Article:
Dauntless JaunterExplore • Educate • Experience • Enlighten

Bulgarian Wedding Traditions, Part 3: At the Wedding (Continued)


This is part one of a four-part look into the culture and traditions of Bulgarian weddings and marriage, specifically the wedding itself.

This is Part 3 of a 4-part story on Bulgarian wedding traditions; check out the rest of the story with these links:

Pt. 1: Before the Wedding | Pt. 2: At the Wedding | Pt. 4: After the Wedding

bulgarian wedding traditions cover photoAfter we revealed the most interesting traditions and customs that precede a typical wedding day in Bulgaria, we shared with you some traditions that take place on the wedding day (making wedding breads, a wedding flag, wedding garlands, and peculiarities about the traditional Bulgarian wedding dress).

Now we will raise the curtain again to see the rest of the fascinating wedding traditions that are followed on a typical Bulgarian wedding day (some of them are a thing of the past, but others are still being followed even today):

The bride’s veil

Unlike the rest of the world, where white is considered a traditional color of the bride’s veil, Bulgarian tradition says the veil should be red. This tradition is rarely followed today, but in the past the red veil was an inevitable accessory to the bride’s wedding outfit. Besides, it was made of opaque fabric that prevented everybody from seeing the bride’s face before the wedding ceremony was over. The whole ritual of putting the veil on the bride’s head was very important as it marked her transition from a fiancé to a bride.

Bridal farewell

This is a very beautiful tradition that takes place on all Bulgarian weddings even today. It represents a ritual in which the bride says an official goodbye to her parents, symbolically leaving forever her parents’ home to enter her new home (that of the groom). Even though today such a notion seems obsolete and strange, in the past it was the hard reality. Once the woman becomes a bride, she leaves her parents’ house for good and returns there only as a guest (preferably always accompanied by her husband or another member of her “new” family).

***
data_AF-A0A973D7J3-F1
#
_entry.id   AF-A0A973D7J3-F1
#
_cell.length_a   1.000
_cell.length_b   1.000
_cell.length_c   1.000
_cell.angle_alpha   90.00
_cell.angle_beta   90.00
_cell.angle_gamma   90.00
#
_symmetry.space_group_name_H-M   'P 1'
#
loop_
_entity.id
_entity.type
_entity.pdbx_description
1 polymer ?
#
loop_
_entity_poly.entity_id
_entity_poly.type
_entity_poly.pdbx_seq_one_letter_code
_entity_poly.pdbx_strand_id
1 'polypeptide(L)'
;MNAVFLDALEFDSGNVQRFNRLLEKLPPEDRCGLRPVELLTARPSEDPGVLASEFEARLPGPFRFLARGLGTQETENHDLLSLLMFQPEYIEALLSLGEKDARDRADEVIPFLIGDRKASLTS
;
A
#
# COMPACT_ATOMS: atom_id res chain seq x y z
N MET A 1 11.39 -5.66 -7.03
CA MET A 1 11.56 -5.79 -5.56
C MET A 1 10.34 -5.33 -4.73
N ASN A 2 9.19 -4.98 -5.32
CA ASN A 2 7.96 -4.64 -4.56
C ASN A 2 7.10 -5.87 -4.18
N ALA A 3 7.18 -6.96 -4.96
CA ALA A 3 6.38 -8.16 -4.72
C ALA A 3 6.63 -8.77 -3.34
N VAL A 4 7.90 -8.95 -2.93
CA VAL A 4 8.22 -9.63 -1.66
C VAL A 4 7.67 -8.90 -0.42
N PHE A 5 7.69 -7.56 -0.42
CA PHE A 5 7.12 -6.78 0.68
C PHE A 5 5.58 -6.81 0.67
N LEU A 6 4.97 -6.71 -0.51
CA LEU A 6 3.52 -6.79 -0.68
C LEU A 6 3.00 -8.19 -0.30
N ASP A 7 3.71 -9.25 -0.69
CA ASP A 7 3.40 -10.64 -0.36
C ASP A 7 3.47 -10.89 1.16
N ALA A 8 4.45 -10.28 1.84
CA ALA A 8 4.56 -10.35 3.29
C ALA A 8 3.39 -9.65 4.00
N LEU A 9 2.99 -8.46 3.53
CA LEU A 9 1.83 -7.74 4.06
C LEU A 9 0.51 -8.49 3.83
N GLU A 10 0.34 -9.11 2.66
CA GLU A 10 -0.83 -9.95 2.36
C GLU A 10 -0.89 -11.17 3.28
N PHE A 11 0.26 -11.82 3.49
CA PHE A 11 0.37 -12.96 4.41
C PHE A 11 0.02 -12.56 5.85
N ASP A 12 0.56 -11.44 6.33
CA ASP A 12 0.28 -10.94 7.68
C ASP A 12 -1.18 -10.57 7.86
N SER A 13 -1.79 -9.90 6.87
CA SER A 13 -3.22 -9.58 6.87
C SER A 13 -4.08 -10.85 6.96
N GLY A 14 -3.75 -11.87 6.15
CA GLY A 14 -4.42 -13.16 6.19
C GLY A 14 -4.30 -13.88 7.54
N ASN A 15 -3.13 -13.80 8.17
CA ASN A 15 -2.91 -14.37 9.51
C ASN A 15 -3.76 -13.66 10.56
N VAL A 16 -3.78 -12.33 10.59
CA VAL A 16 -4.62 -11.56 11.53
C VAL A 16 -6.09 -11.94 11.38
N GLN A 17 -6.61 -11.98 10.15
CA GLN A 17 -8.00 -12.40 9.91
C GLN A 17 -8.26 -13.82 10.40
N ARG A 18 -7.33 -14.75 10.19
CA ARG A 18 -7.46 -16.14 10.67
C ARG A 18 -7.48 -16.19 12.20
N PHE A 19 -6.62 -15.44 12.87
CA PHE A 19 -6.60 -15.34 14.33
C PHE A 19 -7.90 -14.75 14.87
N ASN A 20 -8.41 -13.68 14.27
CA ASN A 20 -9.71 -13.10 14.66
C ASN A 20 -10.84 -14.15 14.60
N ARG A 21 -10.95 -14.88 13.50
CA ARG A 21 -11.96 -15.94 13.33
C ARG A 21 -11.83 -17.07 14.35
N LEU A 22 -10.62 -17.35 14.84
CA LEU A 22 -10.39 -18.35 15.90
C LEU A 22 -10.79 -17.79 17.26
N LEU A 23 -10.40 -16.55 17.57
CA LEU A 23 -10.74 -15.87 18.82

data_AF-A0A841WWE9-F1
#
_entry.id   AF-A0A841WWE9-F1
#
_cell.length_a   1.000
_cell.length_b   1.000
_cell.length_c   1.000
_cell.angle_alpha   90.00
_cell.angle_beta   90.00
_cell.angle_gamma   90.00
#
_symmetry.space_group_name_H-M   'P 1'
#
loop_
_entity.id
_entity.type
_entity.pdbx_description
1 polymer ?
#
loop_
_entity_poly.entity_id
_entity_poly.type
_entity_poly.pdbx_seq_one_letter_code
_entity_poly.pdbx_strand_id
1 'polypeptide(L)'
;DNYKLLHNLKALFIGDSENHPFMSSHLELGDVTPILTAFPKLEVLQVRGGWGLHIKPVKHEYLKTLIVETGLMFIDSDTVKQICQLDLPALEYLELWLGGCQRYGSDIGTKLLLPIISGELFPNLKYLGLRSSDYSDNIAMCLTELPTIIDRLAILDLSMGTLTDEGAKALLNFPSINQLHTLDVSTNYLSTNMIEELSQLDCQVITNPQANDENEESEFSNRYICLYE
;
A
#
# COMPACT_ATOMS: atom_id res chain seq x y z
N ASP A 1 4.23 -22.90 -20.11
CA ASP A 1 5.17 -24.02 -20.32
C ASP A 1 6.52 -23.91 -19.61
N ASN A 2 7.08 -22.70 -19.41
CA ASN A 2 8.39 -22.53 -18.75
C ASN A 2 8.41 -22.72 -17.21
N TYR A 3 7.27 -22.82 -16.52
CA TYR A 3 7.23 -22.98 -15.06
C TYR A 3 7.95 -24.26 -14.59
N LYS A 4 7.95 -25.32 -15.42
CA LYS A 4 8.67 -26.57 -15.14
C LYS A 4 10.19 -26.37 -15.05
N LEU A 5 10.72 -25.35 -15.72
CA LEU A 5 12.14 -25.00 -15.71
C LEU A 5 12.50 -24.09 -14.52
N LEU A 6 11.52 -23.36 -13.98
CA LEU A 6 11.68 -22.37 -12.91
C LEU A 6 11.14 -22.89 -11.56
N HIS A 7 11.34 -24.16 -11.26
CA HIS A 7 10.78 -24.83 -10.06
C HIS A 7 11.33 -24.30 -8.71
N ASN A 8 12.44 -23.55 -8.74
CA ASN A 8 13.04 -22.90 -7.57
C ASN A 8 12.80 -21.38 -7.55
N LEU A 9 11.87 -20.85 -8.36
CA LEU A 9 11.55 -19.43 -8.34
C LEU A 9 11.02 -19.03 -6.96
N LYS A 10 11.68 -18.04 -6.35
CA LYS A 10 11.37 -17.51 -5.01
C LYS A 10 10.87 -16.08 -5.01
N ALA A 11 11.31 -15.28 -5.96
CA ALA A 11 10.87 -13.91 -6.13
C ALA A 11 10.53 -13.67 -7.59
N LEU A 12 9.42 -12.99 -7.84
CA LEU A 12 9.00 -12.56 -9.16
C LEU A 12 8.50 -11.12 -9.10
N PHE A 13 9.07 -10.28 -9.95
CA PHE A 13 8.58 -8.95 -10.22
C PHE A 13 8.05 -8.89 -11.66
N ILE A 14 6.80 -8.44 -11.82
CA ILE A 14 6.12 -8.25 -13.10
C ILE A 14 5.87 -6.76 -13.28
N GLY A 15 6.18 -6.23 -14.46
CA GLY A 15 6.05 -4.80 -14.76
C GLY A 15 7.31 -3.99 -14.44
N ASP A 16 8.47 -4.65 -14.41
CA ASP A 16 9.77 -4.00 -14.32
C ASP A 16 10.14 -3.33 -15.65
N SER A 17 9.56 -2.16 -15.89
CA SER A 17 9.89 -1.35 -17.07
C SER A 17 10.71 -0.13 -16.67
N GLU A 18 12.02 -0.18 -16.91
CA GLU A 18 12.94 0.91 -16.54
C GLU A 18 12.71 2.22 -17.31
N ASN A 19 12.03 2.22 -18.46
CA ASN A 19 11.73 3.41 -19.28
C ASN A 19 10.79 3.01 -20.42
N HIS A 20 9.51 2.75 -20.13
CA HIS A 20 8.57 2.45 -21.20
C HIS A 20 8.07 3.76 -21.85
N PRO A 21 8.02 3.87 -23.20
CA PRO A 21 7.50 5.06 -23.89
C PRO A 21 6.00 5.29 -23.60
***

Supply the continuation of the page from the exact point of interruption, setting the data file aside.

Entering the new family’s home

After the wedding ceremony is over, the newly-wedded family performs a ritual with which the bride enters her “new” home. In the past this was actually the groom’s home where, except for the newly-weds, there lived the groom’s parents together with the wives and children of all their sons. Sometimes there were more than 4-5 families living together under the same roof! Each family had their own (small) room and there was one living room that all families shared. In this living room there was a fireplace where all the food was prepared, so the bride had to reach for the fireplace upon her first entrance into the groom’s house as a symbol of her incorporation to the new household.


Every Bulgarian woman used to have dowry. It usually consisted of handmade items like carpets, sheets, tablecloths, cutlery, clothes, etc. The woman’s mother starts gathering her daughter’s dowry very early on – sometimes even before her daughter is born! According to the tradition, on their wedding day, the newly married couple shows the bride’s dowry for all the wedding guests to see. This tradition, however, is not followed today – it is replaced by the contemporary presents’ giving from all wedding guests.

The first wedding night

The first wedding night was a really big deal in the past in Bulgaria. Just like it is with gypsies even today, Bulgarian girls used to keep their virginity till the wedding in the past. In fact, the first wedding night was even considered part of the general wedding festivity with all the guests waiting for news about the bride’s virginity. Once that was revealed (with evidence, at that!), the real jamboree took place – there were drinks, food, and dances all night long. On the first wedding night different rituals were also performed by both the bride and the groom’s parents that were supposed to protect the couple from magic and evil spirits.

Pt. 1: Before the Wedding | Pt. 2: At the Wedding | Pt. 4: After the Wedding

Hristina Dimitrova
Written by
Hristina Dimitrova
Join the discussion

1 comment
Dauntless Jaunter